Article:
Eucalyptus pluricaulis facts for kids
Quick facts for kidsPurple-leaved mallee
Eucalyptus pluricaulis, commonly known as the purple-leaved mallee, is a species of mallee that is endemic to Western Australia. It has smooth bark, dull bluish green, lance-shaped leaves, flower buds in groups of between nine and fifteen, pale yellow flowers and cylindrical to barrel-shaped fruit.
Eucalyptus pluricaulis is a mallee that typically grows to a height of 1–5 m (3 ft 3 in–16 ft 5 in) and forms a lignotuber. It has smooth, greyish bark that is copper-coloured when new. Adult leaves are the same shade of dull bluish green on both sides, 50–105 mm (2.0–4.1 in) long and 7–20 mm (0.28–0.79 in) wide tapering to a petiole 8–17 mm (0.31–0.67 in) long. The flower buds are arranged in leaf axils in groups of between nine and fifteen on an unbranched peduncle 8–17 mm (0.31–0.67 in) long, the individual buds on pedicels up to 6 mm (0.24 in) long. Mature buds are an elongated spindle shape, 17–28 mm (0.67–1.10 in) long and 3–5 mm (0.12–0.20 in) wide with a horn-shaped operculum that is three or four times as long as the floral cup. Flowering occurs from March to September and the flowers are pale yellow. The fruit is a woody, cylindrical to barrel-shaped capsule 7–11 mm (0.28–0.43 in) long and 5–7 mm (0.20–0.28 in) wide with the valves near rim level.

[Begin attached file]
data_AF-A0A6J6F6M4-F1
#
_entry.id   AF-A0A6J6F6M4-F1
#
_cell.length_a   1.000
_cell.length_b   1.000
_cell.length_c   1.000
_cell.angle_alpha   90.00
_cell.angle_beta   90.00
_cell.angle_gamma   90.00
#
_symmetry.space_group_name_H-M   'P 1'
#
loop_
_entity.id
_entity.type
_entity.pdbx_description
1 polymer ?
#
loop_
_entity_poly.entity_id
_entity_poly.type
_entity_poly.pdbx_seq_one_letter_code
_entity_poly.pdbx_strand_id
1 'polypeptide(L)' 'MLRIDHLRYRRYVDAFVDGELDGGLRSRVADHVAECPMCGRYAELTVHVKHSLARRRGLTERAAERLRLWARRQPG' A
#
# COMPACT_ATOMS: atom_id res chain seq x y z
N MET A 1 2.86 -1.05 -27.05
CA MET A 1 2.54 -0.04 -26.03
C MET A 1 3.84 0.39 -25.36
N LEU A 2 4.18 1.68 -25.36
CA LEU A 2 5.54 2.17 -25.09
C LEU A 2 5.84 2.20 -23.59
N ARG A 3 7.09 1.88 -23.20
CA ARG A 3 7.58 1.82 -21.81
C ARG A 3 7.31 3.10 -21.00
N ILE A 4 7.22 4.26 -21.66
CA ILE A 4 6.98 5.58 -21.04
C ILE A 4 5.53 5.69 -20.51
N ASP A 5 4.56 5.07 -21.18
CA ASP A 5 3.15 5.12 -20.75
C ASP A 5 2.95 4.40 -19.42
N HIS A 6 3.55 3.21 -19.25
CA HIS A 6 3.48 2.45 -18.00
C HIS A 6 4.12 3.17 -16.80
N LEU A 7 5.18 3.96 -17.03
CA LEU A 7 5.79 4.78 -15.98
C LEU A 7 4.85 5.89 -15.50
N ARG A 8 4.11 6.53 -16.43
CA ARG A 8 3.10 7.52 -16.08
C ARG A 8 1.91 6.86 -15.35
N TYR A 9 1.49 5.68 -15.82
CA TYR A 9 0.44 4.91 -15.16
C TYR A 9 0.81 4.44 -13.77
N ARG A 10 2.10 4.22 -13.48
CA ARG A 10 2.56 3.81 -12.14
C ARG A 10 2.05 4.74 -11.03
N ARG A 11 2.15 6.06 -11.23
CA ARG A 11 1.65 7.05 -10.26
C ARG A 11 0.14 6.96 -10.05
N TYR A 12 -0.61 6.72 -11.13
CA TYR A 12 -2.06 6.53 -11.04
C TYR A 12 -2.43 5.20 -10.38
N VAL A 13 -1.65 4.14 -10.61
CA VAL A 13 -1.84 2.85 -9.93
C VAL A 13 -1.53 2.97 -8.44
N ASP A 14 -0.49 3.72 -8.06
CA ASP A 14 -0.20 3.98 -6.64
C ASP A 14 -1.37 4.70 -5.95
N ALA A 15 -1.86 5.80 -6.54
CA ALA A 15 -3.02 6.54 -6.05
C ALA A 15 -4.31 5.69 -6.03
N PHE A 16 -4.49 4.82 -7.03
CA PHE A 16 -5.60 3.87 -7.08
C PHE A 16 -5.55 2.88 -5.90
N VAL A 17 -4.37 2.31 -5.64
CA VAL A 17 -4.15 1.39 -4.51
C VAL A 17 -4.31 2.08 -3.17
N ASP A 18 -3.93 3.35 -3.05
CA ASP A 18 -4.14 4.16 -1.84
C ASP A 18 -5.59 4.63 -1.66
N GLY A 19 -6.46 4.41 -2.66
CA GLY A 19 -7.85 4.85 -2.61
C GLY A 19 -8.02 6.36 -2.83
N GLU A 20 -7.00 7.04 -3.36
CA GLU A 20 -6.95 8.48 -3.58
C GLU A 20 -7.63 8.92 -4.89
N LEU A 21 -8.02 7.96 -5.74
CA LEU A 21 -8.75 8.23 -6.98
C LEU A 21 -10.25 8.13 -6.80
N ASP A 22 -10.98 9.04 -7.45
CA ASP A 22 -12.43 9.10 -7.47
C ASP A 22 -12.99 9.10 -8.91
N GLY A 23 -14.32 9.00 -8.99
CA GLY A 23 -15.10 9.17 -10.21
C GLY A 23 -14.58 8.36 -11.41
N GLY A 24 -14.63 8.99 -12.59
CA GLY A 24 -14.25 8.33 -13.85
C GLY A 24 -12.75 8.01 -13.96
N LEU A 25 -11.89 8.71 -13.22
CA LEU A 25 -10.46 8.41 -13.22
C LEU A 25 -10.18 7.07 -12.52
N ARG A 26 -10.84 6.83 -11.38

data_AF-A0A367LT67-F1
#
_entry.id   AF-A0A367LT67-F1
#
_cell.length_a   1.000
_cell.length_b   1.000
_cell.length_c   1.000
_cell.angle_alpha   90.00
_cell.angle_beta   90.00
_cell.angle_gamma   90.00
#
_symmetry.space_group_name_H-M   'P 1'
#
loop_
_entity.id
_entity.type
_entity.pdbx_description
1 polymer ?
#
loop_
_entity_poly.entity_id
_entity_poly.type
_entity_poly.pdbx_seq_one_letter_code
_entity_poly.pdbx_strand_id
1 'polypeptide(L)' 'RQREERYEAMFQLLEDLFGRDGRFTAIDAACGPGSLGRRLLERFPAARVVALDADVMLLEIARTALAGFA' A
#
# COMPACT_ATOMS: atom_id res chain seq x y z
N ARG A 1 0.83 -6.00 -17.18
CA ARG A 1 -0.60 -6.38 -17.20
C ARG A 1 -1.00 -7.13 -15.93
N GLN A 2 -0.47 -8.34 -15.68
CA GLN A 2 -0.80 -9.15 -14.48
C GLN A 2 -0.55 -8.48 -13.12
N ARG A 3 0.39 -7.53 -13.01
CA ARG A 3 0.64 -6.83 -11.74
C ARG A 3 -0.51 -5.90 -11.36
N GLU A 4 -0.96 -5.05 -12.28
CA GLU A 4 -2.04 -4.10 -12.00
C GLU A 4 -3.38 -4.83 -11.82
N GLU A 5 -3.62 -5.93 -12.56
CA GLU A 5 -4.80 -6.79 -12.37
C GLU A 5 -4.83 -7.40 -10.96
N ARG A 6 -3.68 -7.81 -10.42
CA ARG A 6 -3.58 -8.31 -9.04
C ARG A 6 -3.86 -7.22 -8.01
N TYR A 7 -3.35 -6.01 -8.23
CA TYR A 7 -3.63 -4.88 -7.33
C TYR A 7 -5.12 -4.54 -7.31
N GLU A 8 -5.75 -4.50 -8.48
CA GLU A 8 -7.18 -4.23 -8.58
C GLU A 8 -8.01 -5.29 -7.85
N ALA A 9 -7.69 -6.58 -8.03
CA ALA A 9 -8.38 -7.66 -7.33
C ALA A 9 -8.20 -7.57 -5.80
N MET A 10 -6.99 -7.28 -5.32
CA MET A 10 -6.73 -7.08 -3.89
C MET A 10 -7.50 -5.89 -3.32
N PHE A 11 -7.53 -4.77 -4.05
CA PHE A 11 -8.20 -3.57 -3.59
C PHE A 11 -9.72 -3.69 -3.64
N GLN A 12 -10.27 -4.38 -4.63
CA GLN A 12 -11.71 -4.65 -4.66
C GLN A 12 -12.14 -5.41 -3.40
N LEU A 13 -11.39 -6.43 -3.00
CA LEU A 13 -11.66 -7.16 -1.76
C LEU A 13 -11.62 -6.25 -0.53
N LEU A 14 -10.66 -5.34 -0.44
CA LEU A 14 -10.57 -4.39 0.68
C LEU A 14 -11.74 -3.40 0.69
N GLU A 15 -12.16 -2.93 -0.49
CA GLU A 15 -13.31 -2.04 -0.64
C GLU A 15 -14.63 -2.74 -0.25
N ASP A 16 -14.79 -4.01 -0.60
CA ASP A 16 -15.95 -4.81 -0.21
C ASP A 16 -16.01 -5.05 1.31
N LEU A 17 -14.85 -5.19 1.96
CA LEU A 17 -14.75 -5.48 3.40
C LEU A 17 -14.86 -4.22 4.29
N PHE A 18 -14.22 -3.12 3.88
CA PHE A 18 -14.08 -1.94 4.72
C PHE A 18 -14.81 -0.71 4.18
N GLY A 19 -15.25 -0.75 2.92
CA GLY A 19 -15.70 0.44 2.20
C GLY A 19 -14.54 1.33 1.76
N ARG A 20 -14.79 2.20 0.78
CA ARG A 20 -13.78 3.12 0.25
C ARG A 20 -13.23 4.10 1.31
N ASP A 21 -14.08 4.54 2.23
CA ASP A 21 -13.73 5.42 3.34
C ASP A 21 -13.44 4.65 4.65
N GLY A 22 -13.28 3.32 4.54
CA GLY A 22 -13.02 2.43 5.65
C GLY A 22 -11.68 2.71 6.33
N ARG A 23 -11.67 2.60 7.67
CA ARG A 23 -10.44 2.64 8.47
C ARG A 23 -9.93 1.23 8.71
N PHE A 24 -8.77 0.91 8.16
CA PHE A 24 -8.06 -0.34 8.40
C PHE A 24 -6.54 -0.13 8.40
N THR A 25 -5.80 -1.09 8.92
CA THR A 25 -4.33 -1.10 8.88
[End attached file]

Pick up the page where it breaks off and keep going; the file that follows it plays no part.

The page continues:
Eucalyptus pluricaulis was first formally described in 1991 by Ian Brooker and Stephen Hopper in the journal Nuytsia from specimens Brooker collected near the Coorow-Greenhead Road in 1982. The specific epithet (pluricaulis) is from the Latin plus, pluris meaning "more" or "several" and caulis meaning "stem", referring to the mallee habit of this eucalypt.
In the same journal, Brooker and Hopper described two subspecies and the names have been accepted by the Australian Plant Census:
- Eucalyptus pluricaulis Brooker & Hopper subsp. pluricaulis is an erect mallee with bluish green leaves and up to eleven buds in each group;
- Eucalyptus pluricaulis subsp. prophyrea Brooker & Hopper is a low, straggly mallee with purplish leaves and up to fifteen flowers in each group.
Distribution and habitat
Subspecies pluricaulis grows in tall mallee, often on slopes near breakaways and is found from near Three Springs and the Lesueur National Park to Southern Cross and Ravensthorpe. Subspecies porphyrea grows in mallee between Tarin Rock, the Fitzgerald River National Park and the Stirling Range.
Both subspecies of this mallee eucalypt are classified as "not threatened" by the Western Australian Government Department of Parks and Wildlife.
Eucalyptus pluricaulis Facts for Kids. Kiddle Encyclopedia.